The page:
Existing Homes Alliance leads 50 organisations in call for real Warm Homes Bill
In a joint statement issued today the group calls on ministers and MSPs to create a law that will end fuel poverty, create new jobs and investment, and tackle climate change.
The Warm Homes Bill was promised in the SNP manifesto for the last Holyrood elections, and has broad cross-party support. But at the moment, ministers have only committed to bringing in a Fuel Poverty Bill.
The group - led by the Existing Homes Alliance - says that bill is too narrowly focused and fear that the government will miss a “once in a generation” opportunity to end the scandal of Scotland’s cold, damp homes.
Alliance chair Lori McElroy said: “More than a quarter of Scottish households are still living in fuel poverty – the same proportion who faced cold homes a decade ago – and over a million homes fall below the energy efficiency standard needed for our health. All political parties agree this is unacceptable in a modern, wealthy country. The promised Warm Homes Bill represented a once in a generation opportunity for change.
“But the Scottish Government is in danger of failing to grasp that opportunity. The proposed Fuel Poverty Bill is far too narrow, focused just on creating a new definition of fuel poverty and setting new fuel poverty targets. This is incredibly important, but we can do so much more. So today we are calling on the Scottish Government and all MSPs to ensure that Scotland gets the Warm Homes Bill it was promised and that it deserves.”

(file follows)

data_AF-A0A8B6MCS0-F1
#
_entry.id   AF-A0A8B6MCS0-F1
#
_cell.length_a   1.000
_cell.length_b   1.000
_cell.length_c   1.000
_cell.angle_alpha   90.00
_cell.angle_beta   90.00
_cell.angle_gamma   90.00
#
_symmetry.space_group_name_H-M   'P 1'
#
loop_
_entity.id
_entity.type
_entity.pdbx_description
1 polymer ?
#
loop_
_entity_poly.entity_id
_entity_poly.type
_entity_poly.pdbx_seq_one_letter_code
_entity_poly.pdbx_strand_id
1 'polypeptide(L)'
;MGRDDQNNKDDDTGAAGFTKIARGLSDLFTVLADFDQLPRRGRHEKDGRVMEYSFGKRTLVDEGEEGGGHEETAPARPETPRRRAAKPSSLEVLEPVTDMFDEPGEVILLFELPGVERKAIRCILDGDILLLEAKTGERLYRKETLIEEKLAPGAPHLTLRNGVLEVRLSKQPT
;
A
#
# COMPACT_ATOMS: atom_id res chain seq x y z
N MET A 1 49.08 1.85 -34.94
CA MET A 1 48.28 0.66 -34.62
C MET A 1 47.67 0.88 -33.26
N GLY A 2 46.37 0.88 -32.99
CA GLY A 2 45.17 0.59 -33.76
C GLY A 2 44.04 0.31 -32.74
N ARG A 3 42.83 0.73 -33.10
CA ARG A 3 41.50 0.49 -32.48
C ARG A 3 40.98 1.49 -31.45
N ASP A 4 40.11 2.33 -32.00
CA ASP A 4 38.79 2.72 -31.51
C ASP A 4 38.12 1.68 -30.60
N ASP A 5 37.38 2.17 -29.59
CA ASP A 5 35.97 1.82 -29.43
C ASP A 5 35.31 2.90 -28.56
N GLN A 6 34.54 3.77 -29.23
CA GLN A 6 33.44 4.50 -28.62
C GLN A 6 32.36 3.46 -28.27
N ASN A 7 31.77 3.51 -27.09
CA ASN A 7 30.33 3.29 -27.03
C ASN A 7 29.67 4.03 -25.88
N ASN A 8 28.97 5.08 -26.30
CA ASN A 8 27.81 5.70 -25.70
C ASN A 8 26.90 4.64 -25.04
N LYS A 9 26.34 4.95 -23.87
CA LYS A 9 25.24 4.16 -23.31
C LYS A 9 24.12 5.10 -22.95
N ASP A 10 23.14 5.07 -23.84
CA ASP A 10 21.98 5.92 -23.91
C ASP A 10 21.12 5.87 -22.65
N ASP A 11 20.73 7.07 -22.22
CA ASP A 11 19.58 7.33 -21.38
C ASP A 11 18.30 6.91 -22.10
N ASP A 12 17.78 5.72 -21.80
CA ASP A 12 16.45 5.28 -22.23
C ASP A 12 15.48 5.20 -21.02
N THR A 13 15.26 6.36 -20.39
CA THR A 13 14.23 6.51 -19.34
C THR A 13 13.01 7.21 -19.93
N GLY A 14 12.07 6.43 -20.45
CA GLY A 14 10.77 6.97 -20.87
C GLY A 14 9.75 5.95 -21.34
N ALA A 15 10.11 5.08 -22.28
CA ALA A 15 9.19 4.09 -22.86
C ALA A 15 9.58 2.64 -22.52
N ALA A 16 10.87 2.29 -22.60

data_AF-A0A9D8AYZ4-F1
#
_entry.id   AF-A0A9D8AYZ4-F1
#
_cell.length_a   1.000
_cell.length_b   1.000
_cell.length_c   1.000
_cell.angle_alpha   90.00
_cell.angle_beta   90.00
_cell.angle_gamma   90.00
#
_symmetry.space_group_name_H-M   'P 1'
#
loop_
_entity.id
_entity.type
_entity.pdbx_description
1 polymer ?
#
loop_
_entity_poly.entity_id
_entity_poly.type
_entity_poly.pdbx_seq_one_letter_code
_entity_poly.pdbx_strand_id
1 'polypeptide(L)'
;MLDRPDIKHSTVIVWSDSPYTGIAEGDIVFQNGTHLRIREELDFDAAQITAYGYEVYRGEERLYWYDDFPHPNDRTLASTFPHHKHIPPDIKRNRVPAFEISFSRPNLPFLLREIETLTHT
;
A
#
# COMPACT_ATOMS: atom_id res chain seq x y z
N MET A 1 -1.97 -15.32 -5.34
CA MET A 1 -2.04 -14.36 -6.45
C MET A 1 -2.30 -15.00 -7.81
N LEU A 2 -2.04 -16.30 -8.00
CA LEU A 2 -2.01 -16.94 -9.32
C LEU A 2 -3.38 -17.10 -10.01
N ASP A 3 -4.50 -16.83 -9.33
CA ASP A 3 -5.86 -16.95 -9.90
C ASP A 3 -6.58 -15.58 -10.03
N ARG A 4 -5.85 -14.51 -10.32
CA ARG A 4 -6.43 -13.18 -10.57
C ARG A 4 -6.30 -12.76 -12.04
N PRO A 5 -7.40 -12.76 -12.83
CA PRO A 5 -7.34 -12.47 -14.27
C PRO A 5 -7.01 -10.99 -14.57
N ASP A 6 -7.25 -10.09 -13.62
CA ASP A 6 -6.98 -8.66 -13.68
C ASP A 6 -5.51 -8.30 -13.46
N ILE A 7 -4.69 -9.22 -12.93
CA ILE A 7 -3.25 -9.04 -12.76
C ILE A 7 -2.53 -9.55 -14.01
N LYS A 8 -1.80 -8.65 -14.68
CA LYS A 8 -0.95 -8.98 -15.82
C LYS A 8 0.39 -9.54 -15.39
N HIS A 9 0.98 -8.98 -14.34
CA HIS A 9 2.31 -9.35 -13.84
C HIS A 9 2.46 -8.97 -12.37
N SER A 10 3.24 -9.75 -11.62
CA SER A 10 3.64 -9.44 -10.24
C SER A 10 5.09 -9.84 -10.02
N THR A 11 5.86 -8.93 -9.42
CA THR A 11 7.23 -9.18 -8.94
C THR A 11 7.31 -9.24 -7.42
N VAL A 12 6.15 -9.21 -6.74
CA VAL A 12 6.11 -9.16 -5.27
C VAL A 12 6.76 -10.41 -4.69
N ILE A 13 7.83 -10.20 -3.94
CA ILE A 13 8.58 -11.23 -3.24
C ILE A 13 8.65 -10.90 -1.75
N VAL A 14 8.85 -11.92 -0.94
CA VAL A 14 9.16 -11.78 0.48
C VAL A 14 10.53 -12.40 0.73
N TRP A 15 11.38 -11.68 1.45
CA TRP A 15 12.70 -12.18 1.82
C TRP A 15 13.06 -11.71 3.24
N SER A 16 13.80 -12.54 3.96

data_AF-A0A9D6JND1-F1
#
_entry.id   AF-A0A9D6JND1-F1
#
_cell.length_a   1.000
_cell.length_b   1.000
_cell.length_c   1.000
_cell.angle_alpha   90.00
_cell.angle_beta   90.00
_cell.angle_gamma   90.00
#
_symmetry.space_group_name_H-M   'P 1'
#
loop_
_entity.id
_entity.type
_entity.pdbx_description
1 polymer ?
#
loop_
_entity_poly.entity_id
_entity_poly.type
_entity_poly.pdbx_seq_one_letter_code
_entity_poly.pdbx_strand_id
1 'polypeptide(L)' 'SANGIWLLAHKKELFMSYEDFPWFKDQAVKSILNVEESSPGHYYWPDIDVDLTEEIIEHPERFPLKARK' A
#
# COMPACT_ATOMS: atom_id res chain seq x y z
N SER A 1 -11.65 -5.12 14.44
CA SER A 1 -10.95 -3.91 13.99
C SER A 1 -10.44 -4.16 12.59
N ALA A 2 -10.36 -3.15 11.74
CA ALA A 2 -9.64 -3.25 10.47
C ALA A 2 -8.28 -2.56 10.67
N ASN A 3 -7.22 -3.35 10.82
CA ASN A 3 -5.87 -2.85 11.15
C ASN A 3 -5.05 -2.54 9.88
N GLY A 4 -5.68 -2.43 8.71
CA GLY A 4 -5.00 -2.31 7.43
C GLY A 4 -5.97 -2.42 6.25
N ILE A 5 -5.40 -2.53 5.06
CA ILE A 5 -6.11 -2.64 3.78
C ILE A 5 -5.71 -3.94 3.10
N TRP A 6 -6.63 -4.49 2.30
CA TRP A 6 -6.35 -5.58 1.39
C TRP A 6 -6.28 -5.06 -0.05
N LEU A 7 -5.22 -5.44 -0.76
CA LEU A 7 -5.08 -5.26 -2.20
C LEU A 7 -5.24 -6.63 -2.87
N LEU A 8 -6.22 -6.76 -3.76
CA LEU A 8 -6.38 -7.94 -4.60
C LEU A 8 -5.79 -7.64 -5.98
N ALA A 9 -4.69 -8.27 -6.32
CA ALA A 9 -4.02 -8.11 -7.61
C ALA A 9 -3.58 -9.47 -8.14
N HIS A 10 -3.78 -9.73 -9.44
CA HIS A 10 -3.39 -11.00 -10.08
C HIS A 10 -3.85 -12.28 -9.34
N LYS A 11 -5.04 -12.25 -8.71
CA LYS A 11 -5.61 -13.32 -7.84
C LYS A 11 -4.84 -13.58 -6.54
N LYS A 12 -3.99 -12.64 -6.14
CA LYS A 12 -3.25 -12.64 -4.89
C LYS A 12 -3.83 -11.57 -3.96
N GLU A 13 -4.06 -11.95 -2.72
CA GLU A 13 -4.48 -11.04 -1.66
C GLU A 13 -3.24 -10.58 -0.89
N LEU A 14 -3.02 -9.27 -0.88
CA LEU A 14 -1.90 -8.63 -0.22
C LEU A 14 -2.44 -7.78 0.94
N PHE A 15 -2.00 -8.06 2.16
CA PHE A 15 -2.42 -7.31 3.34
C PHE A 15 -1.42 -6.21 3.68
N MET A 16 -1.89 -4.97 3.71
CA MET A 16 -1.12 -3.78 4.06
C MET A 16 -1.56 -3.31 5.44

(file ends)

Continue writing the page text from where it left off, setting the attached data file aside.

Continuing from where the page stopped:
The 50 groups who signed the joint statement include Unite and Unison, the Royal College of General Practitioners, the Royal College of Nursing, Scottish Directors of Public Health, Shelter, the Scottish Federation of Housing Associations, the Association of Local Authority Chief Housing Officers, WWF Scotland, Friends of the Earth Scotland, and business organisations, including the Federation of Master Builders and the National Insulation Association. It also includes Age Scotland, the British Lung Foundation Scotland, the Poverty Alliance, Citizens Advice Scotland, and energy groups such as Energy Action Scotland and the Energy Savings Trust.
Lori McElroy added: “It is not often that such a wide range of voices from across Scotland come together in such a powerful way. There is a broad, growing consensus across society, business, and among politicians that we need to take real action on fuel poverty and energy efficiency.
“Bringing Scotland’s homes up to a standard of energy efficiency will tackle fuel poverty and climate change, reduce ill-health, improve well-being, reduce inequalities, and create and sustain jobs across Scotland. It is quite simply one of the best investments that the Scottish Government could make.
“The Warm Homes Bill should provide a strong legal foundation not just for the new Fuel Poverty Strategy, but also for the government’s new Energy Efficient Scotland programme. It should include long-term targets for energy performance with clear time-scales - giving industry, home-owners and landlords the certainty to invest. It should remove barriers and creative incentives for installing energy efficiency and low-carbon heat in homes, realising their full potential.
“It should set robust quality standards and consumer protection measures. And it should ensure that everyone can benefit from affordable heat and energy in all parts of Scotland, regardless of geography, tenancy, housing type, or income.
“We urge the Scottish Government and politicians of all parties to seize this opportunity.”